I have plenty of my own stuff to deal with (just ask BrightSide) but being adopted is not one of those things, so all of my insight into an adoptee’s perspective comes secondhand.  I see lots of books out there about raising adopted children and I have my own observations about the kids, but that will only get me so far.

As I’ve often pointed out when it comes to my own baggage only one person truly understands the landscape, and that’s the person living the experience.

Which is why it was incredibly helpful for me to talk with someone who’d been adopted as a child.  She was able to speak so eloquently about what it’s like…that even when you’re part of a caring family, raised by parents who love you unconditionally, there’s still a part of you that’s lost.  That it will always feel like there’s a piece missing.

Even as an adult.

This truth came from a grown woman – happy, successful, someone enjoying the life she’d chosen.  To hear her say that even today she feels like something’s missing, like there’s a part of her missing, was eye-opening to say the least.  It sure made me sit up and pay attention.

The analytical side of my brain struggled to absorb the concept.  We love our children with a fierceness that’s frightening.  We tell them all the time that family is everything to us, and the thought of our life without them is unimaginable.  They are our kids, inside and out, through thick and thin – how can there be a void?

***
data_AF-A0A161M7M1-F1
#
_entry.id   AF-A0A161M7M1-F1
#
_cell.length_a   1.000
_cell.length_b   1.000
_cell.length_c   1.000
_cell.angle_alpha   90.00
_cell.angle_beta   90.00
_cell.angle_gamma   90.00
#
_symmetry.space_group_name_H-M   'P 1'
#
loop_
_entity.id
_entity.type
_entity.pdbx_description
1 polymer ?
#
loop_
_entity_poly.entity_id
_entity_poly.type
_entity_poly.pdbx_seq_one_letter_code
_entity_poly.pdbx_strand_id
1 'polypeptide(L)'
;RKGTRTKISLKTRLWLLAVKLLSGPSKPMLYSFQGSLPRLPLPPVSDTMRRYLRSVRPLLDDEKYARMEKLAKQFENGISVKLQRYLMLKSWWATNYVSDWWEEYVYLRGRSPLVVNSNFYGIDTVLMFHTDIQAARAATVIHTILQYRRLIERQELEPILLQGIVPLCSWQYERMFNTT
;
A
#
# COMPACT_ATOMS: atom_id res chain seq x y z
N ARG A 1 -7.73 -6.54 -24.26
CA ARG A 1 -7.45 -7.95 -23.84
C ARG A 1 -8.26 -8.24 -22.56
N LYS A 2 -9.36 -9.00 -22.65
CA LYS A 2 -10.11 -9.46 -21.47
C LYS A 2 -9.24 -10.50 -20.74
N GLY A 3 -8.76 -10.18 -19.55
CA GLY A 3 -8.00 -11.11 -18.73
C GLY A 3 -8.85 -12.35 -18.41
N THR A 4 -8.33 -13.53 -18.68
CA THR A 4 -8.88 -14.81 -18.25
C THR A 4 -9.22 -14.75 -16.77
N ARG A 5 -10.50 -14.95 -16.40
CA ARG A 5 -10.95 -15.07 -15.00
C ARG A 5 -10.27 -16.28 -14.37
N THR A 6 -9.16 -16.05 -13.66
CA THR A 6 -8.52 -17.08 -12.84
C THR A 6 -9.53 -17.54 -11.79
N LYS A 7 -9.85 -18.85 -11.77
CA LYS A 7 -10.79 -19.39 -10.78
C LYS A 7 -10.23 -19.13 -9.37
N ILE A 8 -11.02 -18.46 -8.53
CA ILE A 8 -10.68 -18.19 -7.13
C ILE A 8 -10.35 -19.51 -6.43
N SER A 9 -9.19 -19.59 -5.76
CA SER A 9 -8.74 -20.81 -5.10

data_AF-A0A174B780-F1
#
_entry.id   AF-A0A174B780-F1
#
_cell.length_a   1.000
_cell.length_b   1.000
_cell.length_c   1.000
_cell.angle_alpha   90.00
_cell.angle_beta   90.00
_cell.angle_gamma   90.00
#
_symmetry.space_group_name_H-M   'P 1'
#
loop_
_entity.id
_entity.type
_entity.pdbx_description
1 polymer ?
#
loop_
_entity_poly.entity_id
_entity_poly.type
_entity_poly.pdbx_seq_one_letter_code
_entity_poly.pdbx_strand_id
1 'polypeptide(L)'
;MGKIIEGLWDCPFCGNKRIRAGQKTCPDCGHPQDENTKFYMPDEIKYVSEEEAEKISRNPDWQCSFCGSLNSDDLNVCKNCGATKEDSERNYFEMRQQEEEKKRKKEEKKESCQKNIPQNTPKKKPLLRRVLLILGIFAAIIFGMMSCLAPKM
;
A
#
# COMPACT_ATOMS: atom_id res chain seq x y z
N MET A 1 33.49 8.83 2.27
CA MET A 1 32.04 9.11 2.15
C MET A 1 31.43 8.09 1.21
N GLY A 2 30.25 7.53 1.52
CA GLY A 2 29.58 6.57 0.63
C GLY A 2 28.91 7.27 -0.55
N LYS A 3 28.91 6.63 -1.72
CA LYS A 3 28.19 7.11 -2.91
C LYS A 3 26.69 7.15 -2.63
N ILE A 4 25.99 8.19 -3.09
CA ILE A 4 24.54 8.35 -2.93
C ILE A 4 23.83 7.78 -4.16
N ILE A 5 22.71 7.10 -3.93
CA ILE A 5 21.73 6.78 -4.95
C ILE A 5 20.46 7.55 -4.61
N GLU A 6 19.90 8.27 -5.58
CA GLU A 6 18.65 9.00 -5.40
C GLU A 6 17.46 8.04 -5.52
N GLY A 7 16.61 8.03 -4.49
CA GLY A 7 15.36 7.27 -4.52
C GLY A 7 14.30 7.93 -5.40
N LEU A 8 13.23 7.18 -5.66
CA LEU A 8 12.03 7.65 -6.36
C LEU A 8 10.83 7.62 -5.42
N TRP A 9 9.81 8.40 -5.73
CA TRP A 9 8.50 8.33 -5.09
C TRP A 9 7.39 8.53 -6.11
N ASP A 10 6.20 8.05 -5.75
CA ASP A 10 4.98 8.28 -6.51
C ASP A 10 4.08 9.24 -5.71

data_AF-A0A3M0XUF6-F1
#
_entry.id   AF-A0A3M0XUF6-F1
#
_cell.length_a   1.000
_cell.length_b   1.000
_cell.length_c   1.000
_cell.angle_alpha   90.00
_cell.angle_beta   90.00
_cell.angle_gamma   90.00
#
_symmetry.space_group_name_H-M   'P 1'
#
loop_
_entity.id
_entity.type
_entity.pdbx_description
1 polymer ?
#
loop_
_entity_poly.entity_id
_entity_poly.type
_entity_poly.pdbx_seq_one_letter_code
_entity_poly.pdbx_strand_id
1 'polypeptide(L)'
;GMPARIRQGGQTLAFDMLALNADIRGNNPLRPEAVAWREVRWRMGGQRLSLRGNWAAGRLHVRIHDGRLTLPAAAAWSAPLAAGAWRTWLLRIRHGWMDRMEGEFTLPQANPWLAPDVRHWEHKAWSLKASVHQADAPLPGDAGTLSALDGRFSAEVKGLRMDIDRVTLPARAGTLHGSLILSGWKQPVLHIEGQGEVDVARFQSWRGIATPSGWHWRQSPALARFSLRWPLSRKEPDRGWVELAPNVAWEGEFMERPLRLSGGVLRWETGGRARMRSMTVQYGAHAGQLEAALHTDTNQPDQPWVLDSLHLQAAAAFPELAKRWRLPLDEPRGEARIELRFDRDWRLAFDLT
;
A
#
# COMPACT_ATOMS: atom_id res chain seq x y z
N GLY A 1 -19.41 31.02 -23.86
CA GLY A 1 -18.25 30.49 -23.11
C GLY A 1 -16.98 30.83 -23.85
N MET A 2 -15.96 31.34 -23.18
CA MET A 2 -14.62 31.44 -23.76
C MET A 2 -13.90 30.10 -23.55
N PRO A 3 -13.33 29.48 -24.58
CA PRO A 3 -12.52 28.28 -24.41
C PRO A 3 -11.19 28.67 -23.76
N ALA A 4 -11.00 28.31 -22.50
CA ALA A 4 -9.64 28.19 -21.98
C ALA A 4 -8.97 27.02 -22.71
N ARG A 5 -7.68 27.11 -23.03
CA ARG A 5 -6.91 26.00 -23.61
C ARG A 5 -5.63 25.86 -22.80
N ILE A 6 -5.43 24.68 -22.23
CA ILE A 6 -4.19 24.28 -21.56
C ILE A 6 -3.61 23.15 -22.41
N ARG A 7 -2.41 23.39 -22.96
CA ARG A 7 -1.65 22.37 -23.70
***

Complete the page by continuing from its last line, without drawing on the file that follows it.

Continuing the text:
And yet I couldn’t deny the truth in her eyes.

BrightSide was tucking the kids in later that week when he spoke with each of them about this concept.  When he asked T-man and Bear to describe how they feel when they think about being adopted they both struggled to express it, but their reactions were identical when BrightSide specifically asked if it felt like “a piece was missing.”  Their eyes opened wide as they exclaimed, “Yes!”

What a relief it must have been to finally have words for the disquieting sensation that something’s not quite right, even if everyone tells you otherwise.  I’m sure they both felt better, not because BrightSide had eliminated the feeling but because he’d understood their experience from their perspective.  What a gift.

We could use more of that, I think.  As T-man and Bear get older they’ll be better able to express themselves, to help us understand how things look through their eyes.  Until that day comes, though, these moments with those who understand firsthand are invaluable.